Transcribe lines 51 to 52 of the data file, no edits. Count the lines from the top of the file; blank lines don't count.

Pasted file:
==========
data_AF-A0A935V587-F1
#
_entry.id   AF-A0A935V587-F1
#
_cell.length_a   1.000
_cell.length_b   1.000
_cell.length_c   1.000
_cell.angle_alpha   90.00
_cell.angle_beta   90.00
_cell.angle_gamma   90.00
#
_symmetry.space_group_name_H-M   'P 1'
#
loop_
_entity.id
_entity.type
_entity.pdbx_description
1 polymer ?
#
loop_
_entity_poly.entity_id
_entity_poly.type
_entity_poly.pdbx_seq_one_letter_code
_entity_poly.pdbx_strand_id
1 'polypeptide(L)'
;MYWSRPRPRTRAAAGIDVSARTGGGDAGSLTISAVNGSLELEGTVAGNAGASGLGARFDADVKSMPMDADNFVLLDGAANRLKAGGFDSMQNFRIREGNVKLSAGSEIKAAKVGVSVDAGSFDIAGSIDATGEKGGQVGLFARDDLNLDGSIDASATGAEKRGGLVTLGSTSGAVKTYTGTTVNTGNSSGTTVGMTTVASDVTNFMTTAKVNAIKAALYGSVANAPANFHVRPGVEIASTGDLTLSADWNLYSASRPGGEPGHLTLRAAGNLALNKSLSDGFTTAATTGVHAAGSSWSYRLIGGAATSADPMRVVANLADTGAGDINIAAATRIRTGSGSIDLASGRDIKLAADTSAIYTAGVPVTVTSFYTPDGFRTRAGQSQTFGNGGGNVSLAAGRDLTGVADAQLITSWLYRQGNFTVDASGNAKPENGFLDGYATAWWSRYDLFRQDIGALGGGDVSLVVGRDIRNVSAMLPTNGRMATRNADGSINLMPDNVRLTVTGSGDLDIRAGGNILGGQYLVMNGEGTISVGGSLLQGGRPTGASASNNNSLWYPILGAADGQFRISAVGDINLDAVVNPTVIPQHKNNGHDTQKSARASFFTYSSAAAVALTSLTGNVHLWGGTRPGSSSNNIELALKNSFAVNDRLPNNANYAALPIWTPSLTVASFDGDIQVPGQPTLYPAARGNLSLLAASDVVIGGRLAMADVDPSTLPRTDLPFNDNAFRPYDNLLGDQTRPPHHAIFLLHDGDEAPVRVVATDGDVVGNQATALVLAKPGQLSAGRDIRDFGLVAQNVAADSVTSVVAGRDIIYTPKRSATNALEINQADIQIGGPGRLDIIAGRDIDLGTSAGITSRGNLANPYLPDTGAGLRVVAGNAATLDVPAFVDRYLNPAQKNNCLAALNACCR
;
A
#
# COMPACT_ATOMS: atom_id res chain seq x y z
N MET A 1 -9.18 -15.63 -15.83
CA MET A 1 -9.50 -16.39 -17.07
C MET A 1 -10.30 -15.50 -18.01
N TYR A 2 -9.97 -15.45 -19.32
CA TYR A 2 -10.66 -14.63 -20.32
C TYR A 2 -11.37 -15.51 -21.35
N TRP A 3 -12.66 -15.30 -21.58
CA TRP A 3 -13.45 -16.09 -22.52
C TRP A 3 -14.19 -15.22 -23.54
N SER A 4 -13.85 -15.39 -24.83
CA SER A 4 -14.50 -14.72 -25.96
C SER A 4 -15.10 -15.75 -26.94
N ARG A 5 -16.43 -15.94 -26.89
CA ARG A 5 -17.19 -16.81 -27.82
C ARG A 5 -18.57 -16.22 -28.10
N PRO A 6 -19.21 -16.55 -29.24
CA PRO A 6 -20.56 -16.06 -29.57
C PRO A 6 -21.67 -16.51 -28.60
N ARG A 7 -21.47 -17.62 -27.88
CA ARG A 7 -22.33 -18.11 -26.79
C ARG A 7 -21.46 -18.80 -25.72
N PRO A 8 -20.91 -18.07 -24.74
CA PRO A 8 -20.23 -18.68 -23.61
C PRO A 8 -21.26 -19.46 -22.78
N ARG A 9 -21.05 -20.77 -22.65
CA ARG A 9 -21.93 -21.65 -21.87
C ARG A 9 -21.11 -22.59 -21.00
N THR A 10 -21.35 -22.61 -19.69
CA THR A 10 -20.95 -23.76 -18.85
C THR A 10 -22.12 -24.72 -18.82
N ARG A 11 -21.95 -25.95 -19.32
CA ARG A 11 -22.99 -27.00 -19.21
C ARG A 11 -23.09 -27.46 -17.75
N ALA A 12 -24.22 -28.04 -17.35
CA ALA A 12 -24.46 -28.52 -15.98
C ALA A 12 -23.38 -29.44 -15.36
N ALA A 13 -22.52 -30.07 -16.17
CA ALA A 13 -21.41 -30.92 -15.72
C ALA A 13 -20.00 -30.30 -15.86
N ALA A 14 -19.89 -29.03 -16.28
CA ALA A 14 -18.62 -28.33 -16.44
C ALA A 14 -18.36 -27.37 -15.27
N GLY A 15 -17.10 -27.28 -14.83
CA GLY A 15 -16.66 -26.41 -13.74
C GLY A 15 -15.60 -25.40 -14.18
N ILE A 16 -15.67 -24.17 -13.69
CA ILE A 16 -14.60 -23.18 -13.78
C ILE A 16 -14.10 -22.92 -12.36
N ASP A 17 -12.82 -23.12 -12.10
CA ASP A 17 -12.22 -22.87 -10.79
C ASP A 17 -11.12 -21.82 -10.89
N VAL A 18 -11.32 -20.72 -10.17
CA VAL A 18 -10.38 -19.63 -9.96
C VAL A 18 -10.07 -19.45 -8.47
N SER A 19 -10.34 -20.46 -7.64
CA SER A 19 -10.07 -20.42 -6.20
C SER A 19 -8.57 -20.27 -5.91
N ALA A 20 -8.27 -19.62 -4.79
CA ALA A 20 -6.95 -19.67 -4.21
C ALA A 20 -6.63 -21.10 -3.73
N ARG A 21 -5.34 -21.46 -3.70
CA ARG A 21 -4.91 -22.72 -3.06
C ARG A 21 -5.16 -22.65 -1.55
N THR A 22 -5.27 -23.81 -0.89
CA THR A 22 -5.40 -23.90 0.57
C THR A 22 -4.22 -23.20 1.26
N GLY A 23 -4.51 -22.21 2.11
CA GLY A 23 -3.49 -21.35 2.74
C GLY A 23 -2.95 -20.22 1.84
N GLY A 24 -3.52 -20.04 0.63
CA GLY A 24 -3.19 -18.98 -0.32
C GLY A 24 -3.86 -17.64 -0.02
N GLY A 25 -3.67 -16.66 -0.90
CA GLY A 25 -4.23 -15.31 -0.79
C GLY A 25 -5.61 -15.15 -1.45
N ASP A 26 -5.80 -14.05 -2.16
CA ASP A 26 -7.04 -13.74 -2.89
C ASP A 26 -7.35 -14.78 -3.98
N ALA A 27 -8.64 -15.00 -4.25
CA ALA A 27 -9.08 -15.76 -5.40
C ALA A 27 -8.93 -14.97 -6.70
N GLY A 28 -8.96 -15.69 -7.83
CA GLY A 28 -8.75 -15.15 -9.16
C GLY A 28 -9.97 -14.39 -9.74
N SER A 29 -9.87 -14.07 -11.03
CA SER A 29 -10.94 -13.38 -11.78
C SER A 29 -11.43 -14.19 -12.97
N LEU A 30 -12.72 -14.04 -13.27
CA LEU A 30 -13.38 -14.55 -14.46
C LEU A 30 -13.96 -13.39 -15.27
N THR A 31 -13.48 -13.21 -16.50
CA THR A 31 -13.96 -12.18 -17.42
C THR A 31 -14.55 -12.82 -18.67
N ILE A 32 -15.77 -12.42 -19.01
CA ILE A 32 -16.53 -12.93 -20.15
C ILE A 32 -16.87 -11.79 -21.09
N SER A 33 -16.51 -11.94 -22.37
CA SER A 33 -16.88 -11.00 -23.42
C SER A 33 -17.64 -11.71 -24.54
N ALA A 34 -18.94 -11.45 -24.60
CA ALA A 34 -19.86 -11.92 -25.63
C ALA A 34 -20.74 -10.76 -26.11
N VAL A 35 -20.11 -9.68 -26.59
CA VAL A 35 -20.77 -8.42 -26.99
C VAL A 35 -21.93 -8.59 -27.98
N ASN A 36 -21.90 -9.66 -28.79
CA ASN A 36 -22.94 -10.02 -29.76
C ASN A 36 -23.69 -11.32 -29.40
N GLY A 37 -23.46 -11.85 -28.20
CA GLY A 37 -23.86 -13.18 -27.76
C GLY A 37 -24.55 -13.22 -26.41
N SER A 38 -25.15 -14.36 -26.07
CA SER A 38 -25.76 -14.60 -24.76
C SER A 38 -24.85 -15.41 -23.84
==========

C ARG A 7 -21.46 -18.80 -25.72
N PRO A 8 -20.91 -18.07 -24.74